Russ Meyer’s Vixen / Vixen (1968)

Russ Meyer’s Vixen / Vixen (1968)

“The bush pilot had to know a little about everything in order to survive.”

A deeply racist woman (Erica Gavin) whose bush-pilot husband (Garth Pillsbury) is clueless about her infidelity has sex with a Canadian mountie (Peter Carpenter) and both members of a couple (Vincene Wallace and Robert Aiken) who have chartered a ride with Pillsbury. Next, Vixen (Gavin) dares her own brother (Jon Evans) to have sex with her, and mercilessly hassles Evans’ African-American, draft-evading friend (Harrison Page) — but when an Irish Communist (Michael Donovan O’Donnell) hires Pillsbury for a special trip and Page comes along, Gavin finds the tables turned.

Genres, Themes, Actors, and Directors:

  • Infidelity
  • Racism and Race Relations
  • Russ Meyer Films
  • Strong Females

Response to Peary’s Review:
Peary provides significant historical context for this “landmark soft-core sex film from ‘King of the Nudies’ Russ Meyer”, which “bypassed [the] stag-movie circuit for long runs in major theaters” and “made what was probably [the] biggest rate of profit on investment in independent-film history until Halloween — playing in some theaters for over a year, and making history at one drive-in where it sold several times more tickets than the town’s population” (!!!). He writes that “in its own way, it had [the] impact of and paved the way for Deep Throat,” becoming “the subject of many articles” and with “star Erica Gavin [doing] the talk-show circuit, taking on the likes of Betty Friedan, who insisted Meyer had exploited Gavin.” (Apparently “years later Gavin agreed.”) He asserts that “Gavin’s erotically charged performance surely is on the verge of being obscene”, and that this “is the perfect film for swingers”, though the “bizarre finale” temporarily diverts it from its “stag-movie plot”.

Unfortunately, while Peary concedes that Gavin’s Vixen is a “foul-mouthed, racist” woman, he nonetheless describes her as “Meyer’s best heroine”, and the reason this picture hasn’t “faded away by now”. He writes that “as the most aggressive female of them all, she does the best job of expressing a woman in sexual heat”, and apparently “proved to be a heroine even women viewers liked,” given that many “weren’t used to seeing cinema heroines be so confident, so aggressive, so free of sexual inhibitions.”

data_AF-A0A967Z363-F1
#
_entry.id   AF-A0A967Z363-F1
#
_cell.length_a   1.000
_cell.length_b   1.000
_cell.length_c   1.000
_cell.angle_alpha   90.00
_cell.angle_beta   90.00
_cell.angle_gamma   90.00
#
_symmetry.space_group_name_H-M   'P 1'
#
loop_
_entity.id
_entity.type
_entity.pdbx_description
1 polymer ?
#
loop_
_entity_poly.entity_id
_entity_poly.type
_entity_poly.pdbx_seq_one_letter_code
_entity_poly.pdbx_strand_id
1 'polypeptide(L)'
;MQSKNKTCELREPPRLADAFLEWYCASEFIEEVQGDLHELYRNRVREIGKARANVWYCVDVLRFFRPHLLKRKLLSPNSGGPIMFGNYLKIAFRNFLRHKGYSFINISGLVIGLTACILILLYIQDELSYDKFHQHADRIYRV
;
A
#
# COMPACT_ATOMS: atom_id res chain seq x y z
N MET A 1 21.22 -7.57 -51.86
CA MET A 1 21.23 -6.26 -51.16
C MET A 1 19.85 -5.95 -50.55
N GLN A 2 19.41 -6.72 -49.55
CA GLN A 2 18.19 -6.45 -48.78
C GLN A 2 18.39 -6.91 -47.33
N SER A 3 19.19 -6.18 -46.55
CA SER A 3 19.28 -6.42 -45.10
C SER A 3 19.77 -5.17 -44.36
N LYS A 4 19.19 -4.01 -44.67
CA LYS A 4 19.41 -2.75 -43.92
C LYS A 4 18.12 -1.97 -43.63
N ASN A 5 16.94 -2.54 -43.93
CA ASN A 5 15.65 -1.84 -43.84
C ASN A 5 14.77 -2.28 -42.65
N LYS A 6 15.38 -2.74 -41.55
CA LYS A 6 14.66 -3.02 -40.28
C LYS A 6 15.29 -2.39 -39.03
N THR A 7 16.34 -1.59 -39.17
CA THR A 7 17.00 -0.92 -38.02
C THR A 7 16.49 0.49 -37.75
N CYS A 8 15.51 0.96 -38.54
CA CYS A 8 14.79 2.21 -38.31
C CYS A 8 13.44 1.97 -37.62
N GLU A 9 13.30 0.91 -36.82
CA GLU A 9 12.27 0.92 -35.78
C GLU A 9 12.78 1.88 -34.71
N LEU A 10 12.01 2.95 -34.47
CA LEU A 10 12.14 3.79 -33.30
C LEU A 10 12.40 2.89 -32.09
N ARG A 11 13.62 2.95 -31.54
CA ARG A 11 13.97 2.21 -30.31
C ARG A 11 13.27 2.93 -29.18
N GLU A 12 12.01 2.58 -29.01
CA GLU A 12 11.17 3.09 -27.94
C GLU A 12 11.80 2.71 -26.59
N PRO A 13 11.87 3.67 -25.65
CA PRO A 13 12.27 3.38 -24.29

It’s sad to think that so many women in the late 1960s were willing to overlook Vixen’s abusively racist rhetoric towards Page (who gives the best “straightforward” performance in the film). While I understand that Vixen is meant to be over-the-top and uninhibited in every way — including, just for instance, seducing her grown brother — seeing so much toxic vitriol heaped upon the film’s one Black character is simply intolerable. I had a hard time getting through this one, and am frankly flabbergasted that it has maintained such a following.

Redeeming Qualities and Moments:

  • Harrison Page as Niles

Must See?
Nope; steer clear unless you’re a diehard Russ Meyer fan.


One thought on “Russ Meyer’s Vixen / Vixen (1968)

  1. Not must-see.

    ~ though it’s notable as a particularly popular Meyer flick and, overall, Gavin ultimately shows herself to be among Meyer’s most unique female leads.

    I understand the revulsion one would feel towards Vixen for being as blatantly racist as she is. Frankly, in a way, her being bigoted doesn’t seem to make a whole lot of sense. In fact, in view of what happens in the entire film, it seems to me that Vixen is against Niles more for being (in her eyes) anti-American – a draft dodger – than for being black.

    As well, I imagine Vixen wouldn’t know the difference between communism and socialism and, if she ever found the time in-between sex bouts, would probably vote Republican.

    But, strangely, Meyer himself appears to be against racism. Vixen’s vileness seems an excuse for Meyer to ultimately preach against bigotry. (At the end, though it’s tentative, Vixen and Niles come to an ‘understanding’.)

    It’s worth noting that the lesbian sex on display contains the film’s longest and most sensitive illustration of sexuality (most of which – at her website – Gavin says she came up with herself since Meyer was at a total loss). Even the dialogue in that sequence is the best-acted. (Also at her website, Gavin says she eventually reversed her shamed-into stance that Meyer had exploited her.)

    Though there are still two Peary-listed Meyer films that I haven’t seen, it’s most likely safe to say that only 3 are must-see (‘The Immoral Mr. Teas’, ‘Faster, Pussycat, Kill! Kill!’ and ‘Beyond the Valley of the Dolls’).

    But even if ‘Vixen’ isn’t a must, there’s something about Gavin that should have been given more of a chance – outside of (basically) this, ‘Beyond the Valley…’ and Demme’s ‘Caged Heat’.

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